Dinner was at old favorite La Coupole, a famous art Deco brasserie in montparnesse that was even livelier than usual on a Saturday night. We happened to hit the once a month floor show, of sorts, with dancers in exotic costumes and a Marilyn Monroe look -alike winding through the cavernous building followed by a brass band. Totally fun. I was tempted to have the steak tartare, in honor of my dad, but went with the mussels and frites instead. Lots of French groups celebrating birthdays but lily begged us not to make a similar fuss for her so we didn’t.

La coupole

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Monet/Mitchell show and Yayoi Kusama at Louis Vuitton foundation/store – Paris

Thanks to my cousin Erica who recommended a visit to the Louis Vuitton Foundation, located in a dramatic Frank Gehry building (are there any Gehry buildings that aren’t dramatic? But this was the first one I’ve visited where you could walk outside on the terraces of its various unconventional levels. Maybe his Bilbao museum has this?

The building wasn’t the only draw. There is a gorgeous retrospective of Joan Mitchel’s work and a particularly wonderful show of Mitchell’s work placed beside the work of Monet, who died the year Mitchell was born but whose work inspired her. It’s amazing to see their canvases beside each other. The guards were also, particularly dapper, in well- tailored dark suits. Louis Vutton perhaps?

King Kong Kusama-style

Strolling along the Champs Elysee on a drizzly (but not cold or unwalkable ) day, we found a Yayoi Kusama installation that captured in a hug the Louis Vuitton store, ala King Kong but far less menacing, more playful.

At Louis Vuitton foundation

Our dear friend Francine took the Eurostar over for a quick overnight visit from London and joined us at the foundation and later adventures, most having to do with food.

Monet and Mitchell

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Fine Dining, with the help of friends – Paris

I arrived in Paris with several carefully considered restaurant reservations, which are necessary even now, during the off season. But then came an incredible list of restaurant recommendations from American friends who have lived here for many years. I made a few additions and replacements.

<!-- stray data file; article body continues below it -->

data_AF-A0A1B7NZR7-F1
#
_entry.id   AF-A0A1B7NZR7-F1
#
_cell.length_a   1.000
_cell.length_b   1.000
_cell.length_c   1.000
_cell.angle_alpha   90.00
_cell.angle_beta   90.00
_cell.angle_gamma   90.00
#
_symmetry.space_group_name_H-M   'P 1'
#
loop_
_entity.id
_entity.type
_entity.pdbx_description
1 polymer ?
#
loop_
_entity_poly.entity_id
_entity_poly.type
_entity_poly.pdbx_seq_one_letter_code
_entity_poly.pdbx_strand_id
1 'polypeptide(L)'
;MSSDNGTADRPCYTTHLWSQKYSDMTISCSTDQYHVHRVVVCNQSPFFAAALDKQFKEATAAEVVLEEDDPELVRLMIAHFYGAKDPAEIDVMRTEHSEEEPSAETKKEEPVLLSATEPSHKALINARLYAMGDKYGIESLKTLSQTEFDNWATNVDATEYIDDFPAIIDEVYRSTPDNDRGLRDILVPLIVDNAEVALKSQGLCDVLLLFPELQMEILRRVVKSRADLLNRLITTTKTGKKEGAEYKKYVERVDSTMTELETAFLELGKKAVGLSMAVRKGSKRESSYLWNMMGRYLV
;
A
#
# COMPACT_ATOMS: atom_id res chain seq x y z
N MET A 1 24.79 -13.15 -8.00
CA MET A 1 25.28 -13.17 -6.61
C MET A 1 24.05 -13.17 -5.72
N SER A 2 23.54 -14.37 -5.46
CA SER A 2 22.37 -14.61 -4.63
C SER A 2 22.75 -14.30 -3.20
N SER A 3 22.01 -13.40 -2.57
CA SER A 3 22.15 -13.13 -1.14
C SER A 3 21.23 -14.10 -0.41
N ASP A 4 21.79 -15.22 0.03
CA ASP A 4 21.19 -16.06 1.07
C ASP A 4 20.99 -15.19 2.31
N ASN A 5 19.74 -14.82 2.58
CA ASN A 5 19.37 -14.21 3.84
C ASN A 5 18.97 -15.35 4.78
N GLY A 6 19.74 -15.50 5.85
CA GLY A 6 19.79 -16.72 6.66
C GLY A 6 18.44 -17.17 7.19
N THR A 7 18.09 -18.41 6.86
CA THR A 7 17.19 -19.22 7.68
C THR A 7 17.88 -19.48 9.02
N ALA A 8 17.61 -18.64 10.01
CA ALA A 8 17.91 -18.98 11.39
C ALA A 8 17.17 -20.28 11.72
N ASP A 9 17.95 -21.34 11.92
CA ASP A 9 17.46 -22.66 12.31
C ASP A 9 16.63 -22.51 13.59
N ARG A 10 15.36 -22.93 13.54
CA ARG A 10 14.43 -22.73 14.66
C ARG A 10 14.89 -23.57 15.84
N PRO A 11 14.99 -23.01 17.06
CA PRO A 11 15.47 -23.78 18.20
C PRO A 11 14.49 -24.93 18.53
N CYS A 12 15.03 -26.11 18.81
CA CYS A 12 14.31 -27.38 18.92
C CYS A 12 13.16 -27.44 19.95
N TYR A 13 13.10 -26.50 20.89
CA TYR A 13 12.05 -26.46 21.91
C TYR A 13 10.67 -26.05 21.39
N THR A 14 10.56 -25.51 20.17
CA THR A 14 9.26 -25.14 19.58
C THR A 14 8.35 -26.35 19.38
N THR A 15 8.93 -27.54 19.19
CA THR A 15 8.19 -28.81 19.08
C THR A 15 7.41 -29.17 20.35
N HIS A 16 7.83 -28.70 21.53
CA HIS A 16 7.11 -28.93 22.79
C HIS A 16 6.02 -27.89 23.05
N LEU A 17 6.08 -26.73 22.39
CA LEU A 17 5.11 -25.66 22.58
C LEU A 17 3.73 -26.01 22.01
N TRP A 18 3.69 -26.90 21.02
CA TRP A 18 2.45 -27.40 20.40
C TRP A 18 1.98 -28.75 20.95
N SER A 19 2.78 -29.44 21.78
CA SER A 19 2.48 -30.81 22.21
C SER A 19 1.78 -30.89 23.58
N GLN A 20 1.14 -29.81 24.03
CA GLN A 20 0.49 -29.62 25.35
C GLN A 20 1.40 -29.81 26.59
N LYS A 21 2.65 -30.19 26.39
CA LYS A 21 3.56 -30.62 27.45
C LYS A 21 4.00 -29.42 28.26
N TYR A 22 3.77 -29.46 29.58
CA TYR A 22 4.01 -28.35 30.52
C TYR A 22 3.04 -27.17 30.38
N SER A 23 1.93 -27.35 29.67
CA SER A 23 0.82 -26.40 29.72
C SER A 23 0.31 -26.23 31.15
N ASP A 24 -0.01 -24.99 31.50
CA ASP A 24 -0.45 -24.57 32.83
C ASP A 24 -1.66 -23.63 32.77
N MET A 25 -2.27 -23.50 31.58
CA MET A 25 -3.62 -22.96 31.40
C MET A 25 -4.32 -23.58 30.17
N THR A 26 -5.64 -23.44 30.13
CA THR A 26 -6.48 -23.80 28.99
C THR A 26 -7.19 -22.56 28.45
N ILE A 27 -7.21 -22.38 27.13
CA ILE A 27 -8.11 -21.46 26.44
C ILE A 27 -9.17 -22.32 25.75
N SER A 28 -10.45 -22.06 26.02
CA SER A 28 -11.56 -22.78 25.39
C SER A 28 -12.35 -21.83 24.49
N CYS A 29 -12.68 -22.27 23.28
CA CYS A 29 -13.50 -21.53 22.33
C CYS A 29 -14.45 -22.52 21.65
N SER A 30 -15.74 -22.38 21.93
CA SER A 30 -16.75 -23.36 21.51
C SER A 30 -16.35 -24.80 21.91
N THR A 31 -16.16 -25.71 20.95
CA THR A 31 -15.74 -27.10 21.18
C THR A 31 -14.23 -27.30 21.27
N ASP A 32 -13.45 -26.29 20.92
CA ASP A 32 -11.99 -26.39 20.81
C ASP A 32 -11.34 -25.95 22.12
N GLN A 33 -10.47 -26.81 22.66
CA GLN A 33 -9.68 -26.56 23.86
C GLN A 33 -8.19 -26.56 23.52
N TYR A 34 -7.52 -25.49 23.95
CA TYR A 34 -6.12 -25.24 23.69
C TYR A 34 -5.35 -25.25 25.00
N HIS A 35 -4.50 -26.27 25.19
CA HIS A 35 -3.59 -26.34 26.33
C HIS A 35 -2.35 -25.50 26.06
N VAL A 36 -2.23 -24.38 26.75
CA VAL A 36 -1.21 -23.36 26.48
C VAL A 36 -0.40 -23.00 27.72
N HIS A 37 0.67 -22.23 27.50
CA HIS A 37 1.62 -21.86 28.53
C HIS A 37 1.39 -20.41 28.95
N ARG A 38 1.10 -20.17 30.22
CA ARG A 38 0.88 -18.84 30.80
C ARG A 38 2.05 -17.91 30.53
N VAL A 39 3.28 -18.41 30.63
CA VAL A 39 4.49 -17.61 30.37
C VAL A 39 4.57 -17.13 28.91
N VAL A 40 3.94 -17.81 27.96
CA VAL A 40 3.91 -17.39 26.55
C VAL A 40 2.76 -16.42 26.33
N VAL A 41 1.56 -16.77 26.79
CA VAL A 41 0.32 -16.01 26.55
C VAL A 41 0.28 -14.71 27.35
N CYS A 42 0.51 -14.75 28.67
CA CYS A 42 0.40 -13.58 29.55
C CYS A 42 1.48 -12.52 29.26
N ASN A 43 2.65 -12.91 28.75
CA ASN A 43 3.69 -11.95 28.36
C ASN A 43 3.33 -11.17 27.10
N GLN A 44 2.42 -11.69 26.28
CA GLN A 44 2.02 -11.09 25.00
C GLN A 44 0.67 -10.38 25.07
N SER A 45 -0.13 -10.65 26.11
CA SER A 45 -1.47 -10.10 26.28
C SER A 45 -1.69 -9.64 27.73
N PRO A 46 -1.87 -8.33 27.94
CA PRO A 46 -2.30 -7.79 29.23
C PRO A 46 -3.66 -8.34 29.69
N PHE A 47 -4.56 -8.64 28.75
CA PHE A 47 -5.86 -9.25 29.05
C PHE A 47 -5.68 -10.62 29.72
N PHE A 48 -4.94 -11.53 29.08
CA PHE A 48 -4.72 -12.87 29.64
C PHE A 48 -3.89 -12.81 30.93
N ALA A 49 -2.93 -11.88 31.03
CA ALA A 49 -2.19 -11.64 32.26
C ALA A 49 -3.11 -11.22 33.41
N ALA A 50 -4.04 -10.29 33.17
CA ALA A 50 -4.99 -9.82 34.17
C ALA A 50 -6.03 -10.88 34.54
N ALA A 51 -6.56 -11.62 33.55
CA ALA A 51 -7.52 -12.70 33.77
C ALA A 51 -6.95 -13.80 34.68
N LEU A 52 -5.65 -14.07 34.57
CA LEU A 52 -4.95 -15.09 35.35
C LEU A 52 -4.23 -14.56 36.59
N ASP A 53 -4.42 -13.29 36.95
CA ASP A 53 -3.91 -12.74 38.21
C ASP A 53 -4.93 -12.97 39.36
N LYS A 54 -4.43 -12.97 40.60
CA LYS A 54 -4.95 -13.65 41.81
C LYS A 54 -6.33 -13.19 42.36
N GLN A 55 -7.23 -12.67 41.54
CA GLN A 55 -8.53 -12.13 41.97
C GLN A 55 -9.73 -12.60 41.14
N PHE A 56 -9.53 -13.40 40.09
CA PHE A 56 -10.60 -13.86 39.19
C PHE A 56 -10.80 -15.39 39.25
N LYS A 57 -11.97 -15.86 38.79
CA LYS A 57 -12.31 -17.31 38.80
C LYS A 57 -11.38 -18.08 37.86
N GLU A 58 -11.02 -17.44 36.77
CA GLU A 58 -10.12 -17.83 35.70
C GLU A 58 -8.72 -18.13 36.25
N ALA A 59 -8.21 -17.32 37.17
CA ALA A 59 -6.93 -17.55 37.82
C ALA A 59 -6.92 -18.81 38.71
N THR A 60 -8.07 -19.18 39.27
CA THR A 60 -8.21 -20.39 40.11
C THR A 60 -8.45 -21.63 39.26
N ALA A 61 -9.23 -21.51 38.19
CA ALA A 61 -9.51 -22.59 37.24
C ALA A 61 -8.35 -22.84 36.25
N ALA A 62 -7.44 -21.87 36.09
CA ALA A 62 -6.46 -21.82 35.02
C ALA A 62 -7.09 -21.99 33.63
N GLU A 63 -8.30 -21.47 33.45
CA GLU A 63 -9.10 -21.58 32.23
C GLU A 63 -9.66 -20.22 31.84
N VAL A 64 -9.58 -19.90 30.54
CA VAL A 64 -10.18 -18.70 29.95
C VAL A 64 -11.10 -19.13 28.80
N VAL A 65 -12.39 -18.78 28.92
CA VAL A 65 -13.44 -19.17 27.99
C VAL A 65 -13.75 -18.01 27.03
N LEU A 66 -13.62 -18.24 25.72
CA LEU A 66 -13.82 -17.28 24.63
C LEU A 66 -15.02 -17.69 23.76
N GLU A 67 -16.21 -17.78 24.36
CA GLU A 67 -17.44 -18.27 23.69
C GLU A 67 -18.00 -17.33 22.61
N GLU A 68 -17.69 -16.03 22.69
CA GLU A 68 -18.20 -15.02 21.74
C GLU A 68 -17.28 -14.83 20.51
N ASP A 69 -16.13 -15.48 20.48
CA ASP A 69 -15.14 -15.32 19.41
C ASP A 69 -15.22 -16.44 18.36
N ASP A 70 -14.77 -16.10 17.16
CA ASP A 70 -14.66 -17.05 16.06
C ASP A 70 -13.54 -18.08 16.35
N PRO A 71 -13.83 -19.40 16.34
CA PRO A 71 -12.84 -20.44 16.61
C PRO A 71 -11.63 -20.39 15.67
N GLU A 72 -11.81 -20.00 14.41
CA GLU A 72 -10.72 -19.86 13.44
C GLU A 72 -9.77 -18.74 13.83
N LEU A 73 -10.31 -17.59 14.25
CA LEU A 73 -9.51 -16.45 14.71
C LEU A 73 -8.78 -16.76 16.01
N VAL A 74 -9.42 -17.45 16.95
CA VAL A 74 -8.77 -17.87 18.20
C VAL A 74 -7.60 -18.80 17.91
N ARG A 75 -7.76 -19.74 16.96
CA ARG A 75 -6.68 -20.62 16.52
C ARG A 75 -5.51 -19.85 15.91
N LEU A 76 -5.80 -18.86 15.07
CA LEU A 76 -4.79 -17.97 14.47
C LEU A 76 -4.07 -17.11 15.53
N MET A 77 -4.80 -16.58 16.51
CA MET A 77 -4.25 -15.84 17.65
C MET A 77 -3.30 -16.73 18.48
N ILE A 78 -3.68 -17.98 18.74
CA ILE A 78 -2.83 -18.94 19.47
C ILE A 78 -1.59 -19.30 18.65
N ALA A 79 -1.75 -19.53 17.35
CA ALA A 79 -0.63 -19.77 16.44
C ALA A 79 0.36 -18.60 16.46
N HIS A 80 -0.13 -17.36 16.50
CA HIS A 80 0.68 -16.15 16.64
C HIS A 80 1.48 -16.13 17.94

So far, one of my picks (after copious research) is a favorite: Mokonuts, a tiny place in the Bastille neighborhood that doesn’t serve dinner. So glad I decided to book a lunch there. We watched a steady stream of people enter without reservations and get turned away. It only serves Lunch but with dinner-like offerings and prices. There were only two mains swordfish and veal, both excellently cooked, seasoned, sauced and presented. The ‘clam chowder” was more of a clam stew, with a thin broth, small pieces of ham, little clams in their shells. The food was served on rough hewn ceramics, not the typical bistrot white plates. But just as meticulous in its care and delivery of food.

Comme chez Maman sur Rue DesMoines

We have also eaten at 3 bistrots our friends suggested, all excellent and Comme Chez Maman turned out to be on rue Des Moines , which the host confirms means “the monks” not “the mounds” as some think. He seemed more confused than impressed that we were from Des Moines, Iowa (or used to be.) Dinner, especially the meat mains (steak, duck) and pork belly appetizer, was excellent at Le Pantruche in the Pigalle. We also enjoyed Bistrot D’Yves near us in the 17th arrondissement where the filet mignonette was pork not beef and delicious.

Outside Mokonuts

11th arrondissment Comme Chez Maman – this is a bistro with a Belgian chef; it was also awarded a Michelin “little red man” and is very popular and is open throughout the weekend. …a very warm welcome and lively ambience.

Mokonuts with Francine

9th A Le Pantruche – Small, old-fashioned Paris décor, simply wonderful food, great service. It is very popular. (has a wonderful Soufflé Grand Marnier and you should definitely order it–you just have to request it at the beginning of meal.

Here are three special occasion places our friends described :

(1) Restaurant H. 13 Rue Jean Beausire, 75004 Paris; 01 43 48 80 96. more expensive than the Bistros listed…had the five course meal this week and the chef did more things with root vegetables than I would have thought possible…recommend the 7 course one mostly for the sheer adventure of it. …The five course meal (they are small courses) was 60 euros

(2) Petrelle: It is a really romantic restaurant and has a fixed menu, …food is light, but since you have five courses, you leave feeling you have had enough but not too much.